Thursday, 24 March 2011

#Menopause Matters event

Menopause Matters is a free afternoon event for women in Carlisle – with leading specialist in the field Dr Heather Currie leading the session.

Dr Currie is the founder of and she will be joined on the day by local specialist Dr Jenny Lyons of Carlisle.

Supported by Carlisle Partnership, the event will take place at Tullie House in Carlisle on Tuesday, March 29 from 12 noon until 4.30pm.

There will be information and advice on everything from diet and fitness to skin and beauty.

For more information or to book a free place at the event  visit  or call 01228 409090.

Tuesday, 8 March 2011

#Menopausal #hormone therapy and cardiovascular disease

Cardiovascular disease remains the single largest cause of death in women. Much interest has been shown in the effects of Hormone Replacement Therapy on the risk of cardiovascular disease, with observational studies showing a significant reduction in risk, and randomised controlled trials (RCTs) showing an increase.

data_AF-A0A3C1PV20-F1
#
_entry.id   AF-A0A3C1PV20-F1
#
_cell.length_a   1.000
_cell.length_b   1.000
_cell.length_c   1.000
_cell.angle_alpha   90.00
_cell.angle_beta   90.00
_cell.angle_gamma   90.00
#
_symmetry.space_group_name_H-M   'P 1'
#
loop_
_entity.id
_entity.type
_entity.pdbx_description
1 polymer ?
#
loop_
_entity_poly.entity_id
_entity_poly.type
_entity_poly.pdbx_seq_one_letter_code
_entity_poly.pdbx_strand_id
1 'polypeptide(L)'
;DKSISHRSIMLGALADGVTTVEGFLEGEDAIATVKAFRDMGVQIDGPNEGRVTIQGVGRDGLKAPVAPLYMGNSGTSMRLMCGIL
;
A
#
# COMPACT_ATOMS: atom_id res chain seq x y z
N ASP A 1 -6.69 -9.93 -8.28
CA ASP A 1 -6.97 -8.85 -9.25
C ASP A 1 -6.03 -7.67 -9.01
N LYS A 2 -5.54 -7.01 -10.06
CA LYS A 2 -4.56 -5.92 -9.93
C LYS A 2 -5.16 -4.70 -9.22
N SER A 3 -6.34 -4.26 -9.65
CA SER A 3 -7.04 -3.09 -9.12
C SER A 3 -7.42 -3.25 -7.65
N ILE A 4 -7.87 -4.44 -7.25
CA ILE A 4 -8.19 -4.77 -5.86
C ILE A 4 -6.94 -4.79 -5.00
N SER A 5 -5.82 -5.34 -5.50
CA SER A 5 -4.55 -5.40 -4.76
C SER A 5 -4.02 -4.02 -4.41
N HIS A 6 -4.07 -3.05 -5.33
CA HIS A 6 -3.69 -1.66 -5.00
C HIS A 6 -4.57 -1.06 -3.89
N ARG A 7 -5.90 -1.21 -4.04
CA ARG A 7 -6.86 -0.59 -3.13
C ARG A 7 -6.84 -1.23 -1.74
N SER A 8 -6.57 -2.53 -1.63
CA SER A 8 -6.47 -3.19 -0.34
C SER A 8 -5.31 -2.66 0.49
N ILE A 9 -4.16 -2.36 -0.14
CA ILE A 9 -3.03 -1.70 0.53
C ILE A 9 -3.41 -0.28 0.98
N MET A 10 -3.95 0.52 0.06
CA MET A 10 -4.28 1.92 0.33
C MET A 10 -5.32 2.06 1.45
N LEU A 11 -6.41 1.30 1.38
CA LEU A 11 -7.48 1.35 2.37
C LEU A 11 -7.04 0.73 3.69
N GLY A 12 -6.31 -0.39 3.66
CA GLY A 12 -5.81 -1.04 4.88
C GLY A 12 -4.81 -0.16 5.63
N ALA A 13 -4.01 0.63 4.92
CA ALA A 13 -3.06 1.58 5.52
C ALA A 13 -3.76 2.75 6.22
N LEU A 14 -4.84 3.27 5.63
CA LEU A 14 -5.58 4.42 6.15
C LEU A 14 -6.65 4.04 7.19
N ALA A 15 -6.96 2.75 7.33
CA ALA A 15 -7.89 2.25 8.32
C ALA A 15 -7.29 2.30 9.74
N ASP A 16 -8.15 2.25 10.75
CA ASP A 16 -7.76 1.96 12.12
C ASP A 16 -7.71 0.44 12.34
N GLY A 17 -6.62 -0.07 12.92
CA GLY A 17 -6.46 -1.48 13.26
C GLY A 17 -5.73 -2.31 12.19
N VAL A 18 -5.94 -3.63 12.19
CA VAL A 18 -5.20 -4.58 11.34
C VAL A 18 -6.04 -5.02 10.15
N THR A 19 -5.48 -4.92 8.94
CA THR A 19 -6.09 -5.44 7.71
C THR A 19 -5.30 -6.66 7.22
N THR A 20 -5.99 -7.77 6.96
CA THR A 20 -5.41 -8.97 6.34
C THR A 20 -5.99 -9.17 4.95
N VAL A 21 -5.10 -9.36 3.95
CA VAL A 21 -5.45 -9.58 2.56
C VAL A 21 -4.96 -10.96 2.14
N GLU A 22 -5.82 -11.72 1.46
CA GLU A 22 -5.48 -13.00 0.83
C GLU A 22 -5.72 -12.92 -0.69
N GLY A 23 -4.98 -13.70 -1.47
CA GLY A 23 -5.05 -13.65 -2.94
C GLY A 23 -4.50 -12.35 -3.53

The Timing Hypothesis suggests that the time since menopause that HRT is commenced influences the effect of hormones on the cardiovascular system and continues to be questioned as an explanation for the discrepant outcomes. A group has recently reported on the evidence regarding the basis of the hypothesis and its suitability to explain differences in outcomes between trials of hormone therapy commenced early following the menopause, as in observational studies, and therapy which is delayed as in RCTs.
From a literature review, reports of laboratory, animal and human studies were shown to support the different effect of HRT on normal versus diseased vessels, with a beneficial effect when HRT is commenced early with healthy blood vessels, compared to a negative effect when therapy is delayed with vascular disease. Age and time since menopause have been related to the extent of vascular disease in women. The group concluded that there is ample evidence of the validity of the Timing Hypothesis as an explanation of the different outcomes of observational studies and RCTs and recommend that research on cardiovascular disease prevention by early HRT should be the highest national priority.
Read more about Menopause, hormones and cardiovascualr disease at